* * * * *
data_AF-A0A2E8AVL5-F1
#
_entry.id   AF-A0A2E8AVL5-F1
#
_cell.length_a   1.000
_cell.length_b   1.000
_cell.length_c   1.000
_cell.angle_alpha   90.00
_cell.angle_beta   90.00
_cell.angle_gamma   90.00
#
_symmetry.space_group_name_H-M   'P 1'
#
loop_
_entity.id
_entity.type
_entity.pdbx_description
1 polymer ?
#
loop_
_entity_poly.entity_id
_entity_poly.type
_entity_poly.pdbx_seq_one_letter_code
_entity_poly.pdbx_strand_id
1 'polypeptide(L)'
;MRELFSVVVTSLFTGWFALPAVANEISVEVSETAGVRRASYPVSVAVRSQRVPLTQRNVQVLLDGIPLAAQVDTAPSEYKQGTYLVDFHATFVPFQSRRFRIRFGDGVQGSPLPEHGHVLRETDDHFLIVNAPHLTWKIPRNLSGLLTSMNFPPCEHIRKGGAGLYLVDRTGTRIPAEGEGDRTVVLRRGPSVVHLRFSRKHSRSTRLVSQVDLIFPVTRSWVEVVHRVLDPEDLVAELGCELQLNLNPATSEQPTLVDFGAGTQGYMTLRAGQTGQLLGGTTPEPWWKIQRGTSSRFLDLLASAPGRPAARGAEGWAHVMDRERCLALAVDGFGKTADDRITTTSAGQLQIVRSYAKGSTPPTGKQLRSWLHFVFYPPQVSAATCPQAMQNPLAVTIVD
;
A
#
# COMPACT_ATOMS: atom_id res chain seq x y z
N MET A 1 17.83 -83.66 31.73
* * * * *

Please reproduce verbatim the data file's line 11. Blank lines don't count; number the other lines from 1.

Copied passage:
#